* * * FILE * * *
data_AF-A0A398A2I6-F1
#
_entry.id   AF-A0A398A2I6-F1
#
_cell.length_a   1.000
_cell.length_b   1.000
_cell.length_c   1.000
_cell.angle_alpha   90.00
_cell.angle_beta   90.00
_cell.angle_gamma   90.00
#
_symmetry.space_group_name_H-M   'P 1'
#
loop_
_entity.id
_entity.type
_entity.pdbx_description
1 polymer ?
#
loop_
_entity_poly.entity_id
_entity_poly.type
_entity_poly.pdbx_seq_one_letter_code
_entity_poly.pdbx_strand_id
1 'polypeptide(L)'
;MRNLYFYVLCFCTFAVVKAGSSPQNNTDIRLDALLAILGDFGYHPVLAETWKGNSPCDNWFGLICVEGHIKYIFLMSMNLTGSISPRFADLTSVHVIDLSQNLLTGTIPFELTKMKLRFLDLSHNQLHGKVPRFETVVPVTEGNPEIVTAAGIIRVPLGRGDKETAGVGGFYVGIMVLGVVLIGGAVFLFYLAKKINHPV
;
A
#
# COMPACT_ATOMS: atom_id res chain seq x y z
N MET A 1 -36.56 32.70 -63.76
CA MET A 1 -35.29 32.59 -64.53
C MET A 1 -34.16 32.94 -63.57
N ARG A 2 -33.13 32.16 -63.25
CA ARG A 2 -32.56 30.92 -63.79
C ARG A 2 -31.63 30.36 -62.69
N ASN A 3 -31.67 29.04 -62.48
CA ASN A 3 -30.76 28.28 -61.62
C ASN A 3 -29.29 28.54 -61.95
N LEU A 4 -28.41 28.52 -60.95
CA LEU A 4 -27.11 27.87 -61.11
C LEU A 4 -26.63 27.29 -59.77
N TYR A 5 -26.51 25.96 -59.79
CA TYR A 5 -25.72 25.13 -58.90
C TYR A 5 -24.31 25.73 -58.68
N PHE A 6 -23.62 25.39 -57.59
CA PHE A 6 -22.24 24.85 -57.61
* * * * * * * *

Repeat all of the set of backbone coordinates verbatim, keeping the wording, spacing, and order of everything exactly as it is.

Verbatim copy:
data_AF-A0A398A2I6-F1
#
_entry.id   AF-A0A398A2I6-F1
#
_cell.length_a   1.000
_cell.length_b   1.000
_cell.length_c   1.000
_cell.angle_alpha   90.00
_cell.angle_beta   90.00
_cell.angle_gamma   90.00
#
_symmetry.space_group_name_H-M   'P 1'
#
loop_
_entity.id
_entity.type
_entity.pdbx_description
1 polymer ?
#
loop_
_entity_poly.entity_id
_entity_poly.type
_entity_poly.pdbx_seq_one_letter_code
_entity_poly.pdbx_strand_id
1 'polypeptide(L)'
;MRNLYFYVLCFCTFAVVKAGSSPQNNTDIRLDALLAILGDFGYHPVLAETWKGNSPCDNWFGLICVEGHIKYIFLMSMNLTGSISPRFADLTSVHVIDLSQNLLTGTIPFELTKMKLRFLDLSHNQLHGKVPRFETVVPVTEGNPEIVTAAGIIRVPLGRGDKETAGVGGFYVGIMVLGVVLIGGAVFLFYLAKKINHPV
;
A
#
# COMPACT_ATOMS: atom_id res chain seq x y z
N MET A 1 -36.56 32.70 -63.76
CA MET A 1 -35.29 32.59 -64.53
C MET A 1 -34.16 32.94 -63.57
N ARG A 2 -33.13 32.16 -63.25
CA ARG A 2 -32.56 30.92 -63.79
C ARG A 2 -31.63 30.36 -62.69
N ASN A 3 -31.67 29.04 -62.48
CA ASN A 3 -30.76 28.28 -61.62
C ASN A 3 -29.29 28.54 -61.95
N LEU A 4 -28.41 28.52 -60.95
CA LEU A 4 -27.11 27.87 -61.11
C LEU A 4 -26.63 27.29 -59.77
N TYR A 5 -26.51 25.96 -59.79
CA TYR A 5 -25.72 25.13 -58.90
C TYR A 5 -24.31 25.73 -58.68
N PHE A 6 -23.62 25.39 -57.59
CA PHE A 6 -22.24 24.85 -57.61